Capital City Oyster Co. seeks to become pearl of the Pacific Northwest

Published on
April 19, 2016

Seattle Shellfish and Alaska Ice Seafoods, the kings of the geoduck business in the Pacific Northwest, are seeking to add pearls to their crowns by expanding into the farming and sale of premium oysters.

Partnering with master farmer Tom Bloomfield, they have formed Capital City Oyster Co., with the goal of producing 5.5 million dozen oysters on more than 60 farms in the waters of Puget Sound in Washington state

“Tom is a fifth-generation oyster farmer, and with his expertise and our experience having built the largest farmed geoduck producer in the world, we think we can be very successful,” said Cody Mills, the president of Alaska Ice Seafoods and Capital City Oyster.

Capital City Oysters is based in University Place, Washington and is named after the nearby state capital, Olympia, Mills said.

“Oysters were a major part of Olympia’s history and were famous throughout the West, all the way down to California,” he said. “We wanted to connect our company to that history and hopefully garner the support of the community for what we’re doing.”

Mills said the leaders of Alaska Ice Seafoods and Seattle Shellfish had the idea to expand into oysters years ago, but waited until they had secured the right resources, personnel and information to ensure the venture’s success. Securing the permits for 60-plus farms used for the company’s oyster farming was difficult but not impossible, Mills said. Integral to the launch of the venture was getting Bloomfield on board as a partner.

“We think he’s the best in the world at what he does,” Mills said. “After we got him on board, we asked him, ‘If you could build the best oyster company in the world, how would you do it?’”

Bloomfield offered input on every aspect of the farming process, including designing unique methods for the hatching process and vibrio control. He designed a “tide-tumbling” process that results in a smooth and deep shell, and a suspension system that keeps the oysters in the middle of the water column, where the most nutrients can be found.

“That way, they’re better fed and they’re not sitting in the silt or mud, so they’re very clean when shucked, with no sand or muddy taste,” Mills said.

On the marketing side, Mills is confident his company’s experience growing Alaska Ice’s geoduck sales to USD 200 million (EUR 177 million) over the past 20 years will translate well to oysters. Founded by David Hearn, who got his start fishing with Crusader Fisheries in Alaska before moving into geoduck farming in Washington two decades ago, the company pioneered the marketing of farmed geoduck in Asia, building markets in China and Japan.

“There was a time that nobody wanted farmed geoduck, but David helped educate buyers all over the world, and especially in Asia,” Mills said. “Now geoduck is one of the most expensive seafoods on earth, and it’s one of the only fisheries in the world where the farmed price goes at a premium over wild-caught.”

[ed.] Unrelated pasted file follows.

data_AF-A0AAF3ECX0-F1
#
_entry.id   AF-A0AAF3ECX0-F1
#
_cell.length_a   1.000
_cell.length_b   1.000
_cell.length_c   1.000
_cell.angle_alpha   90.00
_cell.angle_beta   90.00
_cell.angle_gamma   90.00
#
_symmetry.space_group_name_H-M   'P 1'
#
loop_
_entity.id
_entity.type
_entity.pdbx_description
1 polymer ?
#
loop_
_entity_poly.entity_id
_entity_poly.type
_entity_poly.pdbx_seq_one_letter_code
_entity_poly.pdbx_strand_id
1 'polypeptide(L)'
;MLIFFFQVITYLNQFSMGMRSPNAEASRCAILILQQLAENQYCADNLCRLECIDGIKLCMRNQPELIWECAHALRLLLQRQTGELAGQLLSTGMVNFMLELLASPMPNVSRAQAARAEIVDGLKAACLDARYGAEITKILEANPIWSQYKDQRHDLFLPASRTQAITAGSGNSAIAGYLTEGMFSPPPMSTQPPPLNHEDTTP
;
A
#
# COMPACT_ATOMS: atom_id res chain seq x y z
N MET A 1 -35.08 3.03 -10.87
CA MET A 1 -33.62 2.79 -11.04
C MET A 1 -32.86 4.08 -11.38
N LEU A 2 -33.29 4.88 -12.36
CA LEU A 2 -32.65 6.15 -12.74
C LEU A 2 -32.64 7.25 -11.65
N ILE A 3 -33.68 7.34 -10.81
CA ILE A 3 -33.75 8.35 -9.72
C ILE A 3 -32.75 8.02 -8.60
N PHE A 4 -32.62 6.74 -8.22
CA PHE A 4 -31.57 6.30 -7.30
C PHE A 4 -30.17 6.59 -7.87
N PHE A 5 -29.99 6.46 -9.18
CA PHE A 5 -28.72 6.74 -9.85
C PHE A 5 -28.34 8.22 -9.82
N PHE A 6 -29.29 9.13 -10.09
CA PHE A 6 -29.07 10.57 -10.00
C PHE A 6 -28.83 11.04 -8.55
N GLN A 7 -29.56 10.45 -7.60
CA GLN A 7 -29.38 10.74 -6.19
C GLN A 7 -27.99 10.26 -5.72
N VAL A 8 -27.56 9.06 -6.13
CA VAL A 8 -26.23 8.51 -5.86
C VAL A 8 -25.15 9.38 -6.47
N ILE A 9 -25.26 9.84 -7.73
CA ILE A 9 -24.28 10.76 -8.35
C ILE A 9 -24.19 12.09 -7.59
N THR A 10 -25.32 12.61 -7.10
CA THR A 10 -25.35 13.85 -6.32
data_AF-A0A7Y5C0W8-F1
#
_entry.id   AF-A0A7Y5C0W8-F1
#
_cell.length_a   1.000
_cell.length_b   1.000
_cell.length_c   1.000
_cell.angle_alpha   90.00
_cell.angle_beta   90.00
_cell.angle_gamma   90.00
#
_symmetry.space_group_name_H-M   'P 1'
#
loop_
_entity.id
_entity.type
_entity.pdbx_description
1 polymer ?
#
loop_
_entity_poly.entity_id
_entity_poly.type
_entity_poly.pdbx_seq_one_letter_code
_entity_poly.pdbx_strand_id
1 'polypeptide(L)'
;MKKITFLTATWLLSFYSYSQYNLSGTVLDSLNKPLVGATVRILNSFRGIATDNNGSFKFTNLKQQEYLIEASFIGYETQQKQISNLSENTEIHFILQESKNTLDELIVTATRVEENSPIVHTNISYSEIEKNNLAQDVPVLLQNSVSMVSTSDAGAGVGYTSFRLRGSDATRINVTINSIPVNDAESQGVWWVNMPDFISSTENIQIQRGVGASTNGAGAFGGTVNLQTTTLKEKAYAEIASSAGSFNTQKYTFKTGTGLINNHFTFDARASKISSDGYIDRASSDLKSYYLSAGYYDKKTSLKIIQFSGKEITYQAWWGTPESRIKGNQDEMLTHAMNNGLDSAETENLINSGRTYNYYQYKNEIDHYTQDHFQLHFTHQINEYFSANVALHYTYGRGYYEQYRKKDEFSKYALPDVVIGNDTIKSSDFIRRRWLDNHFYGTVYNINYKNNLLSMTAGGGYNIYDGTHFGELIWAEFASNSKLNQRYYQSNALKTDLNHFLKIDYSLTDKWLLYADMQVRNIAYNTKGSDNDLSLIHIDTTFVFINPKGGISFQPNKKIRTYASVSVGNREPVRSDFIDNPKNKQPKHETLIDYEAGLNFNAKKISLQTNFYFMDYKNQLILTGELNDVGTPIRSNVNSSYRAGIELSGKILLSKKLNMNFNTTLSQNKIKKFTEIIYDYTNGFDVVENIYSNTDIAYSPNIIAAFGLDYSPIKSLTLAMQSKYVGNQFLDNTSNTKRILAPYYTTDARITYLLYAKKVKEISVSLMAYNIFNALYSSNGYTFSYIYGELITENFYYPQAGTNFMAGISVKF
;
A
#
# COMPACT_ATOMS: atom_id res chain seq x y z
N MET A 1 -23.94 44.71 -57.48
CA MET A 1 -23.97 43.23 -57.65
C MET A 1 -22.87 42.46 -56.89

Hearn succeeded by putting special focus on the look of the product, working with restaurants to improve their displays and making geoduck look “beautiful,” Mills said. Hearn will have an easier job with the oysters being produced by Bloomfield, which are “smooth, light and gorgeous,” Mills said. Taste is just as important, he added, and Bloomfield has worked hard to optimize his oysters’ ‘merroir’ – the environmental factors of a specific habitat, akin to what terrior is to wine.

“The number one thing we hear is how incredibly clean they taste. We define the flavor as a pure, crisp sea-salt flavor with a clean finish,” Mills said. “They’re one of the saltiest oysters coming from Washington state, and that’s all as a result of the type of water and diet they’re raised with – it’s all geographic. All of those factors have been thought about and controlled to some extent by Tom [Bloomfield].”

The Pacific oysters (Crassotrea gigas) raised by Capital City Oysters have a deep cup, a more delicate shell and a longer horn, making them harder to shuck for those unfamiliar with the process, which is different than that used for other oysters. To address the potential issues shuckers may encounter with the oysters, the company created a professional-quality video (https://capitaloyster.com/shuck/) describing the best way to shuck a Capital City oyster.

Capital City Oysters are already being sold in high-end restaurants around the country, including several well-known seafood restaurants in New York City. The company sells its oysters to restaurants for around USD 15 (EUR 13.25) per dozen, and it expects restaurants to sell them for between USD 3.25 and 3.85 (EUR 2.87 and 3.40) apiece.

The company already has more than 800,000 dozen oysters deployed on its farms, and its short-term goal is to have one million dozen oysters farmed by the end of 2016. In terms of output, it will be a tough task to catch Taylor Shellfish, which annually produces 20 million dozen oysters. But Capital City still has high expectations and ambitious long-term goals, according to Mills.

“We want to have the single-largest supply of premium oysters coming from one company in the country,” he said. “We’ve spent years researching the oyster market in the U.S., Canada and Asia and we think we can do it.”

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